Apology tours, charity, and more
The politics of apology tours
While Democrats have been accused of apologizing too much (as in Barack Obama’s alleged “apology tour” overseas), Republicans have the opposite image (as in Donald Trump, or even Mitt Romney, whose book was titled “No Apology”). An international team of researchers surveyed people around the world and, indeed, found that conservatives were less willing to apologize — or to forgive after receiving an apology — even controlling for age, sex, income, education, and religiosity. Also, in an experiment, conservatives in India and the United States were less likely to include apologetic statements when asked to write down what they would tell a neighbor whom they had wronged.
Hornsey, M. et al., “Conservatives Are More Reluctant to Give and Receive Apologies Than Liberals,” Social Psychological and Personality Science (forthcoming).
In experiments, people who read about a charitable cause were more willing to donate when told the beneficiaries were geographically close — for instance, in “nearby Guatemala” rather than “faraway Guatemala.” This was true whether the cause involved a foreign country or even just the donor’s alma mater.
Touré-Tillery, M. & Fishbach, A., “Too Far to Help: The Effect of Perceived Distance on the Expected Impact and Likelihood of Charitable Action,” Journal of Personality and Social Psychology (forthcoming).
Demotions can be long-term promotions
Sometimes, working in the minor leagues is a better career move than working in the major leagues. A study of soccer players in England compared those on teams that barely made the cutoff to stay in the Premier League with those whose teams just missed the cutoff and were demoted to a lower league. The latter group of players got more chances to be starters, because dropping to a lower tier made it harder for their teams to recruit better players. Five to seven years later, the demoted players had moved to better leagues and were earning more than those not demoted. This effect was concentrated among younger and less experienced players.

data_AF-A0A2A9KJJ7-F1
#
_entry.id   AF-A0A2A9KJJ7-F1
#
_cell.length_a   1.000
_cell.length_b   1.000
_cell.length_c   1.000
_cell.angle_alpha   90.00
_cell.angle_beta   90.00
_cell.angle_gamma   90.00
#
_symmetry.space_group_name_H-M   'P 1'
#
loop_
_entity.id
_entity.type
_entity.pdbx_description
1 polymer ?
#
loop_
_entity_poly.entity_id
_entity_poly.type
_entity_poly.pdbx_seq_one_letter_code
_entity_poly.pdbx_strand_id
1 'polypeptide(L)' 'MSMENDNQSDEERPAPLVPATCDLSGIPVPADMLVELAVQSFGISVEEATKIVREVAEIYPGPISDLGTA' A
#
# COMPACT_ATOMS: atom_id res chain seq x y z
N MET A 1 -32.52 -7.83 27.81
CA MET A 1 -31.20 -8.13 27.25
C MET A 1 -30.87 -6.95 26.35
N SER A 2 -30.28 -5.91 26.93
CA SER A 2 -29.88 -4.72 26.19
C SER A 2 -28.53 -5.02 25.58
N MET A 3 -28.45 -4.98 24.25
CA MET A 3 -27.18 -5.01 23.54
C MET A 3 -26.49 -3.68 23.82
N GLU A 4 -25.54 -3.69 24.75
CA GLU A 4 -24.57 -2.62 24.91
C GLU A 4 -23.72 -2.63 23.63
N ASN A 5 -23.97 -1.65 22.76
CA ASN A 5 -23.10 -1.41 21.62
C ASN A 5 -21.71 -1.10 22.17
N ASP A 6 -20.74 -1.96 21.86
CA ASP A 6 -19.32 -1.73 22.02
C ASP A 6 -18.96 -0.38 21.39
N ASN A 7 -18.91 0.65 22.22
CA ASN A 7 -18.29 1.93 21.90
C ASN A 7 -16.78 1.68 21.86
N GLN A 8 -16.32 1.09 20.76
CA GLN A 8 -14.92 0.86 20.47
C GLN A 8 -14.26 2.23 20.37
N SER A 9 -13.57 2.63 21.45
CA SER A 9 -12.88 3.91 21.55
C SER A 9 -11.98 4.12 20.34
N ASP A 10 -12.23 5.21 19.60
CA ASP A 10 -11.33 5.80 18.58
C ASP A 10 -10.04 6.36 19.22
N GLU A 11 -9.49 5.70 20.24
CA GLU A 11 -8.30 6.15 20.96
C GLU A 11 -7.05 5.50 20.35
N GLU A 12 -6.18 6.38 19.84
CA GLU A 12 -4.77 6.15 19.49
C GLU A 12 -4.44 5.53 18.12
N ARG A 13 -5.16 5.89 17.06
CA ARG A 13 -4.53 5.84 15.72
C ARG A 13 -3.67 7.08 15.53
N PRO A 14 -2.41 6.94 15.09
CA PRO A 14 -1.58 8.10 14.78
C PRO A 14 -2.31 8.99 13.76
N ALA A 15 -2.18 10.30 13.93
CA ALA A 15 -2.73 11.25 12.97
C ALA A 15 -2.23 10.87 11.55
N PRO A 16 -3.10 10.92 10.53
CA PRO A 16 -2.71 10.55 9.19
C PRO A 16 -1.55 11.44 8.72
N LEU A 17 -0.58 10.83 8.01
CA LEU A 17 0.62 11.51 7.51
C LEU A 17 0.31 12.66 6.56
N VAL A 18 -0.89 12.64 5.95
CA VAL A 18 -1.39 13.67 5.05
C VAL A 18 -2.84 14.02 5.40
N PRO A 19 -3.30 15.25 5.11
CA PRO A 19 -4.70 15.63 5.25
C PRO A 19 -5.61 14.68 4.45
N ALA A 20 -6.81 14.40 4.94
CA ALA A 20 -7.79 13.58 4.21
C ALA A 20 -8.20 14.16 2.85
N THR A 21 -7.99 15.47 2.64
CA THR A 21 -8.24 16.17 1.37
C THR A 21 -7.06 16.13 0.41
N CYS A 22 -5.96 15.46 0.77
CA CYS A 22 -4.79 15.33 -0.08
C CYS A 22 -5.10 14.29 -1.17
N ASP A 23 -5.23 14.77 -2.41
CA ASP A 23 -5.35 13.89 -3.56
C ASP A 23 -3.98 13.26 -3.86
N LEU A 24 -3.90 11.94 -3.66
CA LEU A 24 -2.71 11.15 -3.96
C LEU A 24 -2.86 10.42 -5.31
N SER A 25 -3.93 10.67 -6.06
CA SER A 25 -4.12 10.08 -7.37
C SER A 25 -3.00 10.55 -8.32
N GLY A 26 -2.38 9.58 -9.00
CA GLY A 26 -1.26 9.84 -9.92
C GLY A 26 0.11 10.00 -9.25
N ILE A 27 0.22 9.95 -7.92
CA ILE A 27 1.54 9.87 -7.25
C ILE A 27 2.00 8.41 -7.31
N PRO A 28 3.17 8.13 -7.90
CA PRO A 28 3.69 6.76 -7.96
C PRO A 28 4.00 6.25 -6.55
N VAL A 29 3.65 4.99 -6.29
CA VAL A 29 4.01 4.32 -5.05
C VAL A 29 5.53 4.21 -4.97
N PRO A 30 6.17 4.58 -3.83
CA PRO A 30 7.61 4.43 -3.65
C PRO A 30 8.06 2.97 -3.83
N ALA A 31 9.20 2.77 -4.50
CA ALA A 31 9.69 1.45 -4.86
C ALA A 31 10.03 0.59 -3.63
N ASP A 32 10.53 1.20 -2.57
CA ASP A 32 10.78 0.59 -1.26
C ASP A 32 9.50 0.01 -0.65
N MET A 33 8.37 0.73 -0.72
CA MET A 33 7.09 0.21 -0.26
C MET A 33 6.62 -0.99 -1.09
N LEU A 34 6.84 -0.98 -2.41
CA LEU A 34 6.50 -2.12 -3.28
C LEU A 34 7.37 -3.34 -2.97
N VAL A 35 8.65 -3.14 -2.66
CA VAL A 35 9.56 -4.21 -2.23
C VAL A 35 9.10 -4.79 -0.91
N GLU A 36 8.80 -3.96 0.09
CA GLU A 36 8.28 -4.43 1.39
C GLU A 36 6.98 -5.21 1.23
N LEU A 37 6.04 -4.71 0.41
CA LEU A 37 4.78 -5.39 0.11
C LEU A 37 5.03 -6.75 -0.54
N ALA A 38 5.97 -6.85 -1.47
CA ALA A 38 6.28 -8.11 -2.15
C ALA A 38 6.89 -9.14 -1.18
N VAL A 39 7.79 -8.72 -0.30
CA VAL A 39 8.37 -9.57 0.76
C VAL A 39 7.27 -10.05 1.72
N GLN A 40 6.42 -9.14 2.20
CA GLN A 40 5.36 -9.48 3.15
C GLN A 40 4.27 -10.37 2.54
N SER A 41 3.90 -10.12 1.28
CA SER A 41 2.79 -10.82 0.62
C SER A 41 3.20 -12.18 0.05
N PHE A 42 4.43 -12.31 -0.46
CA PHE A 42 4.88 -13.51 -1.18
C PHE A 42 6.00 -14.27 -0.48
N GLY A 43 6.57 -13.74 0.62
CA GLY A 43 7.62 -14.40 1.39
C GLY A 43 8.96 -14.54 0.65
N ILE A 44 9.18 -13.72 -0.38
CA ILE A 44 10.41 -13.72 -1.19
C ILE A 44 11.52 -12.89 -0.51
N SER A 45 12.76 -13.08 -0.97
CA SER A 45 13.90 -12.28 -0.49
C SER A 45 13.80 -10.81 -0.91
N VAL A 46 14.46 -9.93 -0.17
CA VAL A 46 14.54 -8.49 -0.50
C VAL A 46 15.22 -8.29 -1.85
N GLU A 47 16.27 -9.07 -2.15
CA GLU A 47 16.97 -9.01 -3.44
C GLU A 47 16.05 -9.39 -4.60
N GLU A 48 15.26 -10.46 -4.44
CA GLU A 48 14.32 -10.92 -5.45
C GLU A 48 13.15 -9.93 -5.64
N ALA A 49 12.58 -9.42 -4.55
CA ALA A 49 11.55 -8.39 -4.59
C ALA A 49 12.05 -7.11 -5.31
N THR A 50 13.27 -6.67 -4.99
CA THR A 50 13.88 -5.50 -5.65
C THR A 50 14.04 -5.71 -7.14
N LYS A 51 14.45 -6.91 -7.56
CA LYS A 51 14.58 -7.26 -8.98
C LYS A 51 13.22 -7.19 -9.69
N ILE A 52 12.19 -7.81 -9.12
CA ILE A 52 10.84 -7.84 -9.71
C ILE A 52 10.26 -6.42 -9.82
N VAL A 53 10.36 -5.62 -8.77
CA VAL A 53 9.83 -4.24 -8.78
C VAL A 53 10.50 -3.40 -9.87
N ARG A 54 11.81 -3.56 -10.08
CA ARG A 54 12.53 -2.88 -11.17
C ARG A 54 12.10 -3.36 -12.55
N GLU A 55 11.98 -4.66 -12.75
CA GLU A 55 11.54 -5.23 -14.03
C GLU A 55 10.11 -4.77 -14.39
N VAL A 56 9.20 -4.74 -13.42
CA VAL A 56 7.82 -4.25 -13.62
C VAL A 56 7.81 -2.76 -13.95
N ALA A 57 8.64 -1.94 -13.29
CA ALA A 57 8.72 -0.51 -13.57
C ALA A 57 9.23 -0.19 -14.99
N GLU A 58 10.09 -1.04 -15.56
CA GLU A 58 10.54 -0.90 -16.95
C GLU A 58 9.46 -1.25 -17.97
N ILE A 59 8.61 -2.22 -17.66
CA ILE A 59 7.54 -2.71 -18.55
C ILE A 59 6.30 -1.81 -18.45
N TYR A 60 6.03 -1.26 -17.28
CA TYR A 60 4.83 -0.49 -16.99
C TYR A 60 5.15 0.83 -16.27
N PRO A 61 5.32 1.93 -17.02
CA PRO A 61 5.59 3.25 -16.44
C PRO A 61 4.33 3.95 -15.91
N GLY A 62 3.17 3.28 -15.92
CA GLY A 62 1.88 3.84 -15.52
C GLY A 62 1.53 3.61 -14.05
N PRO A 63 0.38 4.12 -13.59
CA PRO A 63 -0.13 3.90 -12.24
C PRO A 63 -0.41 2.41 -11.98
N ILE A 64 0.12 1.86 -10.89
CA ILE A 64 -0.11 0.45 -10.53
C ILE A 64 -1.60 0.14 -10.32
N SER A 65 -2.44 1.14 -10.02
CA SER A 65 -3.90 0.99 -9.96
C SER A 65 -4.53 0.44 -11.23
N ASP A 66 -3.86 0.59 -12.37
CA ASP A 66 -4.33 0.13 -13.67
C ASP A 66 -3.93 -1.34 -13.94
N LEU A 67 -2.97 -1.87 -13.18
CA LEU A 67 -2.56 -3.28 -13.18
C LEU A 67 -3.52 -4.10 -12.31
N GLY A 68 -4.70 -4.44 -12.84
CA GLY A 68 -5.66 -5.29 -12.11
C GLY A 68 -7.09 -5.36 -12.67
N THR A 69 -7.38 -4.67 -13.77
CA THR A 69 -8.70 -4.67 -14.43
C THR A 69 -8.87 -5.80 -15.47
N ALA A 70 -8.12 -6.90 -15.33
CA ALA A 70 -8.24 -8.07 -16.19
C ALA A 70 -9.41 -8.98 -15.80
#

Gong, J. et al., “Choosing the Pond: On-the-Job Experience and Long-Run Career Outcomes,” Management Science (forthcoming).
America’s most exploited companies
An executive who gets an accolade will probably ask for more money and power. A study found that an increased ranking on Fortune magazine’s list of America’s Most Admired Companies resulted in a drop in stock price, while a decreased ranking had the opposite effect. Investors may have anticipated what the study also found: Following an increased ranking, CEOs got seven-figure pay hikes, were less likely to be fired, and were more likely to make acquisitions that hurt stock prices.
Cheng, Y. et al., “When Is Good News Bad and Vice Versa? The Fortune Rankings of America’s Most Admired Companies,” Journal of Corporate Finance (April 2017).
Friends heal faster
In an experiment in New Zealand, participants were paired up so they could get to know each other through a series of increasingly personal questions. Then they repeatedly applied tape to their partner’s skin to lightly damage it, as detected by a sensor that measures water loss through the skin. Compared with a control group of unpaired participants, the paired participants exhibited faster skin recovery, especially if they liked their partner more.
Robinson, H. et al., “The Role of Social Closeness During Tape Stripping to Facilitate Skin Barrier Recovery: Preliminary Findings,” Health Psychology (forthcoming).
Kevin Lewis is an Ideas columnist. He can be reached at email@example.com.